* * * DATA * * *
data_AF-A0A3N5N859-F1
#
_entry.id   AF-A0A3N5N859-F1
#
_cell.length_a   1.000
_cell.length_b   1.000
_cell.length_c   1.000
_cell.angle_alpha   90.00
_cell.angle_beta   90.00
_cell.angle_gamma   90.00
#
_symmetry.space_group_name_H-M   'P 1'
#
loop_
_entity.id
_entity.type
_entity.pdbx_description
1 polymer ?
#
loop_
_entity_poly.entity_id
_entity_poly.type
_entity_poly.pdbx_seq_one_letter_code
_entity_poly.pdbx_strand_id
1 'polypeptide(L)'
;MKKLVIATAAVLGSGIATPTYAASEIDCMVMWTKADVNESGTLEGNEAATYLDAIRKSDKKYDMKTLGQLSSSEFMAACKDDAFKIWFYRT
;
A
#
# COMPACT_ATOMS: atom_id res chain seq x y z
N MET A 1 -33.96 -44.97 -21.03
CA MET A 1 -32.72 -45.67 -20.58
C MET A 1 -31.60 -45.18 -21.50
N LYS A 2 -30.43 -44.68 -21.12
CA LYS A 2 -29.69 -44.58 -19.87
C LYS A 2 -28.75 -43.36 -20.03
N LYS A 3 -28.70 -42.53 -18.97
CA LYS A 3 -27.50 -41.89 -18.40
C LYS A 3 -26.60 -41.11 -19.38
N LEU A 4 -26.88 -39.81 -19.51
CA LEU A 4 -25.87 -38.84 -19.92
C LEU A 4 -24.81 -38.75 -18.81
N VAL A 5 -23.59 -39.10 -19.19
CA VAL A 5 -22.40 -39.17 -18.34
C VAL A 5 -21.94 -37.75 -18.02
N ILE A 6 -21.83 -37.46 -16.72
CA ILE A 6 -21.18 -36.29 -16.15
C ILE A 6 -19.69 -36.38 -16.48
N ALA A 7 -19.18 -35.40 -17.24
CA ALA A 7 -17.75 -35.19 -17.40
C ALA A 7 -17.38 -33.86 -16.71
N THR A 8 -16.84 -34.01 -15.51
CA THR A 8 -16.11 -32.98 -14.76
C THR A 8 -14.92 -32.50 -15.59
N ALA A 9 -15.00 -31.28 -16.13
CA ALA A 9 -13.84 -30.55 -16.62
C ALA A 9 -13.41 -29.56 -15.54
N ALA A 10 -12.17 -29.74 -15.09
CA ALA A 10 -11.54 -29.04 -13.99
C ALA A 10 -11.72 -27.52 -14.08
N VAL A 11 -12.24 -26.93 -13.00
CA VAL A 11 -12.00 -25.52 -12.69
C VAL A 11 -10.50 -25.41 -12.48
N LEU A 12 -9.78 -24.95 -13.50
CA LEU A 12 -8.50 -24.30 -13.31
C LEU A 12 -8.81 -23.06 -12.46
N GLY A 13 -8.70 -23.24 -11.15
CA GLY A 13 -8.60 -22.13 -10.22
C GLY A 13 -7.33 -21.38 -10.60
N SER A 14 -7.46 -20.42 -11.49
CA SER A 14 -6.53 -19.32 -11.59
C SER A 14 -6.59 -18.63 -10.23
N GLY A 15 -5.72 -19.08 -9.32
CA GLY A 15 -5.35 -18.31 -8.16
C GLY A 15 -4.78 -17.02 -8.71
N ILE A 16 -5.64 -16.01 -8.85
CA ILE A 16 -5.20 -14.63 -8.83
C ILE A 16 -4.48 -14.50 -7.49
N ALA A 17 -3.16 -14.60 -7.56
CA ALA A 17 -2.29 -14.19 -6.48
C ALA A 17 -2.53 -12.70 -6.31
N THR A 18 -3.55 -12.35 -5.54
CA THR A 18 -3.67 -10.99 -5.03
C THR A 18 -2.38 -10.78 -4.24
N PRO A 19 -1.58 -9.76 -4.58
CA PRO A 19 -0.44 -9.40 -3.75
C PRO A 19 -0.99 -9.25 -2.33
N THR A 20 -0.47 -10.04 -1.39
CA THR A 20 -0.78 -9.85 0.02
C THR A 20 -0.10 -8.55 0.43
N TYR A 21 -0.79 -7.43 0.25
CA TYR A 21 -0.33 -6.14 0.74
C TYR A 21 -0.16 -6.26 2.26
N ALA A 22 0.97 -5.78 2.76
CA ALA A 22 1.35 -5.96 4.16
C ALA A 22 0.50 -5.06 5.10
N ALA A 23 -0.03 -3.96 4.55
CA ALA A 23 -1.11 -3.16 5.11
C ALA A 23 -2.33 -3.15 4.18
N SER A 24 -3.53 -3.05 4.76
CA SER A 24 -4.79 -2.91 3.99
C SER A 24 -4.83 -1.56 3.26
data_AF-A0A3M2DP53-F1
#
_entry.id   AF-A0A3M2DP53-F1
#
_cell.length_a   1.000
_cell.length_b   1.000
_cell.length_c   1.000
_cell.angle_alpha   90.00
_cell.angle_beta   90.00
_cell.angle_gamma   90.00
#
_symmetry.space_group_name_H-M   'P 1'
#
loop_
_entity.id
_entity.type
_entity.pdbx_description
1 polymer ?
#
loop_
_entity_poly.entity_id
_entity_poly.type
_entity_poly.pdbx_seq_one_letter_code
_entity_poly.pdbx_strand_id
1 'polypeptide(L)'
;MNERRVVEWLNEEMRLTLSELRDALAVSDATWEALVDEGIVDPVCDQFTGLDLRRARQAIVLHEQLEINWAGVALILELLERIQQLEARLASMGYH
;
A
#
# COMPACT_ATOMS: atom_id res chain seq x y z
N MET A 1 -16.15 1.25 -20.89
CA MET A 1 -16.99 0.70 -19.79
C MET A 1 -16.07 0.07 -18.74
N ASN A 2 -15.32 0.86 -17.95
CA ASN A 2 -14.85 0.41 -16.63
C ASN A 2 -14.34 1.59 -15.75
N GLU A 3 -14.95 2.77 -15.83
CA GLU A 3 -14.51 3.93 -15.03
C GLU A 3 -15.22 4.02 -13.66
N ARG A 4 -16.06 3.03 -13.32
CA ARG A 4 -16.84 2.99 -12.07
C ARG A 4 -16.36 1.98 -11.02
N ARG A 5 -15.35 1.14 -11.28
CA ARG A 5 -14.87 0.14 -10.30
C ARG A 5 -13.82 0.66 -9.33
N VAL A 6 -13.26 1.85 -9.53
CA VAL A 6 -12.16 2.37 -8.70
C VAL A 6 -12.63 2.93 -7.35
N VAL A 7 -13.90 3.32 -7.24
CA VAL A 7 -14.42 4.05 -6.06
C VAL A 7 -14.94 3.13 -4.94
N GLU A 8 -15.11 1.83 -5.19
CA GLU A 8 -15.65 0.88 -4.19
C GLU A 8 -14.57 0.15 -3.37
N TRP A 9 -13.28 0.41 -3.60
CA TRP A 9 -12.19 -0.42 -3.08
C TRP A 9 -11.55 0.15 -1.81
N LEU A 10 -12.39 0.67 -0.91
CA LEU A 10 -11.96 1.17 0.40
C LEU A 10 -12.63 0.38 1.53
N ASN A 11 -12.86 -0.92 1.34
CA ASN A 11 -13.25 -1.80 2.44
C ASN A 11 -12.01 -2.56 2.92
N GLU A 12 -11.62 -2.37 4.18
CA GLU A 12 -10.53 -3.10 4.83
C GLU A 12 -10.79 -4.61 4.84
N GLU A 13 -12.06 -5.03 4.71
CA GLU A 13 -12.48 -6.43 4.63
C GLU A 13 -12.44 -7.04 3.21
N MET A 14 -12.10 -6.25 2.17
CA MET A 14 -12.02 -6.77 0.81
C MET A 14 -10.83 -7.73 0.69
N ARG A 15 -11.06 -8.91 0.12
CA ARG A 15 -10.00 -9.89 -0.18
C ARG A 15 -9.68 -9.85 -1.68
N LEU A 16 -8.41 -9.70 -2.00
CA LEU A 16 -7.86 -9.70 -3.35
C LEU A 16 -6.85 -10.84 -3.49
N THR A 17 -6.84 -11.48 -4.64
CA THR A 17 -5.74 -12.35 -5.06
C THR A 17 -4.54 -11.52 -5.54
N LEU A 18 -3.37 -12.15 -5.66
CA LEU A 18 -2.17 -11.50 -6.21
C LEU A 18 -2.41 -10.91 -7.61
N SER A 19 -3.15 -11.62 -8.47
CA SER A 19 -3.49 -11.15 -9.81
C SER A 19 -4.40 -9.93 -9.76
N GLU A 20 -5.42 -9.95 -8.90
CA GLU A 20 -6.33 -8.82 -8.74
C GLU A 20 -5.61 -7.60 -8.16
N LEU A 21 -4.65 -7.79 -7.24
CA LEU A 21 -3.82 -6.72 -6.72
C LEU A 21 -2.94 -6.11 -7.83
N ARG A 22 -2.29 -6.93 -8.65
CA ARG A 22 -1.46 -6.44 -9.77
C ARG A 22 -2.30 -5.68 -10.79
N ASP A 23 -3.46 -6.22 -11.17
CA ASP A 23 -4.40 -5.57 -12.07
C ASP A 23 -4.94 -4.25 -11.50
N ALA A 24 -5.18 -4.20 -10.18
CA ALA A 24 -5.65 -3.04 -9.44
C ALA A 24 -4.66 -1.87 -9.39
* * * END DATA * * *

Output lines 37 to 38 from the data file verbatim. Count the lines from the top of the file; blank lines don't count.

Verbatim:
N LYS A 3 -28.70 -42.53 -18.97
CA LYS A 3 -27.50 -41.89 -18.40